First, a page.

More than thirty days behind in posts, (meaning I now have 30 days worth of notes to catch up with and write about) we're going to have to shorten these posts up a bit. No one will hold it against me I'm sure.
The day is May 18, 2021, the fourth day of The Highlights of my Day blogging project and challenge to myself. On this day I made seitan, had a Zoom meeting with a home improvements contractor and sketched a bathroom vanity.
I'll talk a little bit about the seitan and you'll find the recipe below. If you're reading this you might be thinking, "what the hell is seitan?" and that's fair. I didn't know what seitan was up until a few years ago. It's actually one of the coolest things to eat that you may have never heard about / eaten... Actually, you probably have eaten it and just don't realize it.
What is Seitan?
Seitan is a plantbased 'meat' made from a flour-like product called vital wheat gluten. Some refer to it as a "vegetarian meat substitute." Seitan is basically made via the reaction of vital wheat gluten (derived from the wheat plant) with liquid / water. Simply mixing the two together forms a chewy / tough dough that can mimic the texture (and flavor if you add broth and spices) of many animal meats such as turkey, chicken and ham. As with many fine recipes, if you don't know what you're doing seitan can come out pretty soppy and badly.. but if you do know what you're doing, you can make a plant-based deli sandwich that would have your most meat loving friends jealous.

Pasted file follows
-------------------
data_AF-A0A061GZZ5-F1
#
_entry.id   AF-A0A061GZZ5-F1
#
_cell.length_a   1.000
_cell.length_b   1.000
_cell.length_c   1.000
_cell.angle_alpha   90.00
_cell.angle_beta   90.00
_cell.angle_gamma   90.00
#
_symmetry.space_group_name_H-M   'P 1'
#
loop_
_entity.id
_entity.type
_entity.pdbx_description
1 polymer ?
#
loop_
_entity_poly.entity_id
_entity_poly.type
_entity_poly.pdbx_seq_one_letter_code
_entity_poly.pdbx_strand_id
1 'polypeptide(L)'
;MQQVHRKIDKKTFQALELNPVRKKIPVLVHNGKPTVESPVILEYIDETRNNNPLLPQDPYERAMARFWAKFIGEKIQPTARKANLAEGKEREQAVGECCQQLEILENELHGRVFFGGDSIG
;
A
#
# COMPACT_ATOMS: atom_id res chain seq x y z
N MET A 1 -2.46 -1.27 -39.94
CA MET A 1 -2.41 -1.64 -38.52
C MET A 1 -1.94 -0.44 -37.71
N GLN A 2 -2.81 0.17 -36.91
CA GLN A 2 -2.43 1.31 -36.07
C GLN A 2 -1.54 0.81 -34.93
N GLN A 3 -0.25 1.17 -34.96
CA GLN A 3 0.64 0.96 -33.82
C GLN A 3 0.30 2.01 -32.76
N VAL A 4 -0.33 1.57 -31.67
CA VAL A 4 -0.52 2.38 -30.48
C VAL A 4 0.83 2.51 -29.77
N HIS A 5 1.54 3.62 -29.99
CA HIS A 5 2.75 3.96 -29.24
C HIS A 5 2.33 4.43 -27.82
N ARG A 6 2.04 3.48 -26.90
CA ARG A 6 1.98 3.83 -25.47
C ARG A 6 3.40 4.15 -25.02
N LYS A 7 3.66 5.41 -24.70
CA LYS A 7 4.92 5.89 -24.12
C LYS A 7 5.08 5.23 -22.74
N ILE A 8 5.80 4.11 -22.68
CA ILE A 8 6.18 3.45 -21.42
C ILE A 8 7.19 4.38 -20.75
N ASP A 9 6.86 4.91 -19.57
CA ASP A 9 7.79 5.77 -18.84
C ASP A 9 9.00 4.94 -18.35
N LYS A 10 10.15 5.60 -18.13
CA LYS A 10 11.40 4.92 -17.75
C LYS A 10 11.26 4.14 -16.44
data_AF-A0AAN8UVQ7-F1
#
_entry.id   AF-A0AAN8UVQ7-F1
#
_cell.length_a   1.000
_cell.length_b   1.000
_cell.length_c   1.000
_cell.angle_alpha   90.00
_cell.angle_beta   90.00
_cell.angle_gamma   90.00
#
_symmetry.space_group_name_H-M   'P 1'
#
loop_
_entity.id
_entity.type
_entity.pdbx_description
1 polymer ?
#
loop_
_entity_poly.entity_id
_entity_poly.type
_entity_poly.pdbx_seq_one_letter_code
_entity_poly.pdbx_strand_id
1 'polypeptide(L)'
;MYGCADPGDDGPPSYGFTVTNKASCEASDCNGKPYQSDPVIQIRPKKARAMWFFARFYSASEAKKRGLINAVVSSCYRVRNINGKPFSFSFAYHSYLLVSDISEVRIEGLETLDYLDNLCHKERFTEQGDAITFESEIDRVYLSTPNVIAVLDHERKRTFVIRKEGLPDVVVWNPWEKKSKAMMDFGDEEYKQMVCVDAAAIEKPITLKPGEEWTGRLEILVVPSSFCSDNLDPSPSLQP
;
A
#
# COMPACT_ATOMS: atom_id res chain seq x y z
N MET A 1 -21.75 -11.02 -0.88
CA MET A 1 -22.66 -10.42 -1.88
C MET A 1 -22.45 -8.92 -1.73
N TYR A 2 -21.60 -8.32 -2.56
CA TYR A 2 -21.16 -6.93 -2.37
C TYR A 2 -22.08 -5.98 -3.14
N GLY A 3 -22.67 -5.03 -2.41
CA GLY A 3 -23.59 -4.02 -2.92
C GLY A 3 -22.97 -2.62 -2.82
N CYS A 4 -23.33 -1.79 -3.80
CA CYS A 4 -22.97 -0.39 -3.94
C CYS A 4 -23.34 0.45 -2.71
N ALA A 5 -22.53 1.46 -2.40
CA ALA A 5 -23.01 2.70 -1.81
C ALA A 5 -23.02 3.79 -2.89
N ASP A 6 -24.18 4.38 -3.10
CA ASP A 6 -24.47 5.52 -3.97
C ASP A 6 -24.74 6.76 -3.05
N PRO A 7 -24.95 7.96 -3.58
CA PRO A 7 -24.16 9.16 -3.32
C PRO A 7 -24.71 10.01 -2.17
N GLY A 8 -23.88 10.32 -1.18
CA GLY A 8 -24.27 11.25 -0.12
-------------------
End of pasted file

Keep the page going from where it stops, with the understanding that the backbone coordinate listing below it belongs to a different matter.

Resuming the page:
You've probably eaten 'seitan' even if you don't think so and here's why I say that. If you've ever had a sausage, a product like a 'Slim Jim', or even a burger or taco at a chain restaurant, chances are a portion of your meat patty was sometimes actually seitan (that is, a mixture of vital wheat gluten and water). This is because some manufacturers actually use the concept of 'seitan' as 'filler' to 'plump up' their meat while keeping it full and well, meaty. If this isn't a testament to how meat-like seitan can be, I don't know what is. Most intentionally plant-based 'meats' are made of some type of 'seitan' with the exceptions being gluten-free and bean, nut, or soy based alternatives.
History of Seitan
"Seitan dates back to ancient China, almost 1,500 years ago. Buddhist monks in the sixth century discovered the wheat meat after soaking their wheat dough in water, removing all the starch, leaving a high protein wheat gluten." - LoveSeitan.com
So how do you make seitan? Well, it's easy. I'll add the recipe here for how to make a really good seitan 'roast' for use in soups, BBQ or for carver cold cuts on sandwiches.
Note: Seitan does contain gluten, so just beware if you have an allergy or sensitivity. In that case, if you want to learn more vegetarian and plant-based cooking, look for gluten-free alternatives. Also, if you want to try seitan but don't feel like making it, simply pick some up in the speciality section of most grocery stores under the label 'seitan' and also note that most of the plant-based meats on the shelves are also a type of seitan. Why not try some of those too!?